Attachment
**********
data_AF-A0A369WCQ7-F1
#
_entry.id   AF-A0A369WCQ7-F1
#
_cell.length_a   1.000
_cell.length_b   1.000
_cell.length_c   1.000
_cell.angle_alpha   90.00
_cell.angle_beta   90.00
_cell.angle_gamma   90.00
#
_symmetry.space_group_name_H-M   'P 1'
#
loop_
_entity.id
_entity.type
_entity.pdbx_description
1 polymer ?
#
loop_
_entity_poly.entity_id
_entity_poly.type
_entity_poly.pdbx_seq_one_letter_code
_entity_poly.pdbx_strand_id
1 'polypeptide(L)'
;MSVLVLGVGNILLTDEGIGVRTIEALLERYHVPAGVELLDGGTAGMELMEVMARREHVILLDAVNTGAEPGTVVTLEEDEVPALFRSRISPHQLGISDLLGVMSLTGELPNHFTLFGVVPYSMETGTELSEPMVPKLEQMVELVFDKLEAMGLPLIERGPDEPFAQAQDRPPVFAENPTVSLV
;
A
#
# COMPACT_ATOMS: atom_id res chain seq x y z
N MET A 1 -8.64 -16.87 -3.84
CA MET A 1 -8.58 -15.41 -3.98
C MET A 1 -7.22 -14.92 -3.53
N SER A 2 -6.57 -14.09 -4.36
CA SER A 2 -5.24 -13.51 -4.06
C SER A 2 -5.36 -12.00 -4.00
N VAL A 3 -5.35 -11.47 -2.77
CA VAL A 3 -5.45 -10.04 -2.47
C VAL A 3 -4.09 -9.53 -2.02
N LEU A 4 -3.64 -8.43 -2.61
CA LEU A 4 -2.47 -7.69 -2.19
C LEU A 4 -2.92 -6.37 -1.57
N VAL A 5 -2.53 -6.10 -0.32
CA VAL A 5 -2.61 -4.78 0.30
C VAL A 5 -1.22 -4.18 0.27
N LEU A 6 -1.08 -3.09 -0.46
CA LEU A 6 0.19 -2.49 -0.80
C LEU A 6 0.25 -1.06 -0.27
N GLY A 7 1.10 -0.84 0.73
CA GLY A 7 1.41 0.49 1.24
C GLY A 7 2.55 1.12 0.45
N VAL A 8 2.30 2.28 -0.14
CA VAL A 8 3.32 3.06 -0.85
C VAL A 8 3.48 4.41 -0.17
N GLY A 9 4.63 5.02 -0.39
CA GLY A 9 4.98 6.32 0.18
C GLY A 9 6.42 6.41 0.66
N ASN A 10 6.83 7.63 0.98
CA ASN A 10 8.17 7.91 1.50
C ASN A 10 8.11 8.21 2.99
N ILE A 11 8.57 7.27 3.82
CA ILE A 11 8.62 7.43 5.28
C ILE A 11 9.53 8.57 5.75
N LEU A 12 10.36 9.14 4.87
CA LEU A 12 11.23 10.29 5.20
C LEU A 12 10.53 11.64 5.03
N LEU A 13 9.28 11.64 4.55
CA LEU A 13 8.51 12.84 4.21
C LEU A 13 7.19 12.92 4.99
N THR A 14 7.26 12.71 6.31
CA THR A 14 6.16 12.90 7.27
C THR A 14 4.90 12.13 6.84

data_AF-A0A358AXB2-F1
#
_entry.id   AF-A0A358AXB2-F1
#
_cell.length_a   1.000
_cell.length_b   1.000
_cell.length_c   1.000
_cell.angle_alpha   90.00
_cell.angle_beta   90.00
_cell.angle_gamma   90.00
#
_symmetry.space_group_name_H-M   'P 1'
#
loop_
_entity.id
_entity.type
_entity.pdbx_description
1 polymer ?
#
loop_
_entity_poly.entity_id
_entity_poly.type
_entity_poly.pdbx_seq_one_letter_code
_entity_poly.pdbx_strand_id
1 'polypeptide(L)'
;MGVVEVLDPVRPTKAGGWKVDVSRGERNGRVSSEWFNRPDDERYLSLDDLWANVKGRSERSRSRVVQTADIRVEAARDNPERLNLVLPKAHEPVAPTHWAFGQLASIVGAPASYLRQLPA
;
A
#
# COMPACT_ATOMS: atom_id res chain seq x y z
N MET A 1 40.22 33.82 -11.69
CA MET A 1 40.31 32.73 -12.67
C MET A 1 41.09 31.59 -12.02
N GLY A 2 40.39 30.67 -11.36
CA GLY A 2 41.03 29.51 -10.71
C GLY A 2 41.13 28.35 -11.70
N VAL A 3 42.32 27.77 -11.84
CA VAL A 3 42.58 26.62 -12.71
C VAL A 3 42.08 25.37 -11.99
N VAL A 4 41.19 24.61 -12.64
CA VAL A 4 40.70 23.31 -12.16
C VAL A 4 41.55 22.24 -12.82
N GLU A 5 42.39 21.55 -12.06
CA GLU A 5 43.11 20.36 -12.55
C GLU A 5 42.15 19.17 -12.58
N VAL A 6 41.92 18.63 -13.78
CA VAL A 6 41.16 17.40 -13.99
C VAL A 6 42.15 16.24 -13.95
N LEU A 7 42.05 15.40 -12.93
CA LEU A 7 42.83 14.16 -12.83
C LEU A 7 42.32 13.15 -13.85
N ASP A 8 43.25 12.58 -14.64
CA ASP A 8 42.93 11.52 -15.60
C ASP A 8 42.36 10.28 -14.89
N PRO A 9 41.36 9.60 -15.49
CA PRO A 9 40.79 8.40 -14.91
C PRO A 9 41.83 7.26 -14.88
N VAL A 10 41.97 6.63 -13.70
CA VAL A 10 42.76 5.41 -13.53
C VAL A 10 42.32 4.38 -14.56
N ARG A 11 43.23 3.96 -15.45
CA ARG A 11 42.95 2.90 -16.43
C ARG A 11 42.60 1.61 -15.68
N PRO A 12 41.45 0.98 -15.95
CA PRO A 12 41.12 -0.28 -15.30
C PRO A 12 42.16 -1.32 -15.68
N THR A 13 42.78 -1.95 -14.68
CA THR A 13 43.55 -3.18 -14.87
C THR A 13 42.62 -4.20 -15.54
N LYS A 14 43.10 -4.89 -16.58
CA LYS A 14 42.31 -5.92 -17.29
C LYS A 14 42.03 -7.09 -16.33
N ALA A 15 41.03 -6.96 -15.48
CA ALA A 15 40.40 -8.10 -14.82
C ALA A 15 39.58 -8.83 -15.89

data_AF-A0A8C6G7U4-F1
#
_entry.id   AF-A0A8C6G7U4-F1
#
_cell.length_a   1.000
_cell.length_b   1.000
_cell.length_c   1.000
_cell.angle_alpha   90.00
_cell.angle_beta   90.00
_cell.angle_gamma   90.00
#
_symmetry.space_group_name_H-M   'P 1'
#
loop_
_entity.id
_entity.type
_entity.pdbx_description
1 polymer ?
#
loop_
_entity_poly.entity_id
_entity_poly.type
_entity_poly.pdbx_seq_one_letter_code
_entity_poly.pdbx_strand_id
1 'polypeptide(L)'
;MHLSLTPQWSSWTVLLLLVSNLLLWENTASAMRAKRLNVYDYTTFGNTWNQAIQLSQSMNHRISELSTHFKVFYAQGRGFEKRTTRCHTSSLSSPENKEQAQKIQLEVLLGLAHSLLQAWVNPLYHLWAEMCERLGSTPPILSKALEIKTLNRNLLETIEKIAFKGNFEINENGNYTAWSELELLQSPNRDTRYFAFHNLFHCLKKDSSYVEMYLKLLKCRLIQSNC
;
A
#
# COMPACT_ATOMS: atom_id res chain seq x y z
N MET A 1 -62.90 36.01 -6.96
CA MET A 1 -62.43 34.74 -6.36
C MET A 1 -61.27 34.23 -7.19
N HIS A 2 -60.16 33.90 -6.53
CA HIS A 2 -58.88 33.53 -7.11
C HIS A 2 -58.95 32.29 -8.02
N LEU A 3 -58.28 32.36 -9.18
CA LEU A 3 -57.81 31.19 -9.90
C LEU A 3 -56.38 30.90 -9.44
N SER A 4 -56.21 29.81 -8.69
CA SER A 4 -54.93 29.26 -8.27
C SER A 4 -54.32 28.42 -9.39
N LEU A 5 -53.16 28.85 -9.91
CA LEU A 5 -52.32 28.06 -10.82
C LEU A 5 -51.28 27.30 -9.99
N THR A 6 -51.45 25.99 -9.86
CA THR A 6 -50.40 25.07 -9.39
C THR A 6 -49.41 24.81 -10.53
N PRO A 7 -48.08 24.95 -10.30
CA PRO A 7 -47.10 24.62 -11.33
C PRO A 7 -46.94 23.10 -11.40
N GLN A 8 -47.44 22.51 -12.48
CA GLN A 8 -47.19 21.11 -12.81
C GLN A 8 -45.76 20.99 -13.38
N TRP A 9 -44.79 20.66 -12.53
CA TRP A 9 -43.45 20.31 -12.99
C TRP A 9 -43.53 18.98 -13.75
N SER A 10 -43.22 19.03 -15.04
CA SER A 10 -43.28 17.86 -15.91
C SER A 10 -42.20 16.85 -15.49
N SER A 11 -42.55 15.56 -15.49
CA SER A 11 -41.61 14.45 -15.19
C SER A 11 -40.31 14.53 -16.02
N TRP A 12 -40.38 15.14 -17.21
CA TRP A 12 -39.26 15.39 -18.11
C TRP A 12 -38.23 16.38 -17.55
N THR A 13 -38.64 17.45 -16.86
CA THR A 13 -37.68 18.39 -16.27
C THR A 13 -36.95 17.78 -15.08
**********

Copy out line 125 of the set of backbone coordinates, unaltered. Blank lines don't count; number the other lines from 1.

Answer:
CA ASP A 8 42.93 11.52 -15.60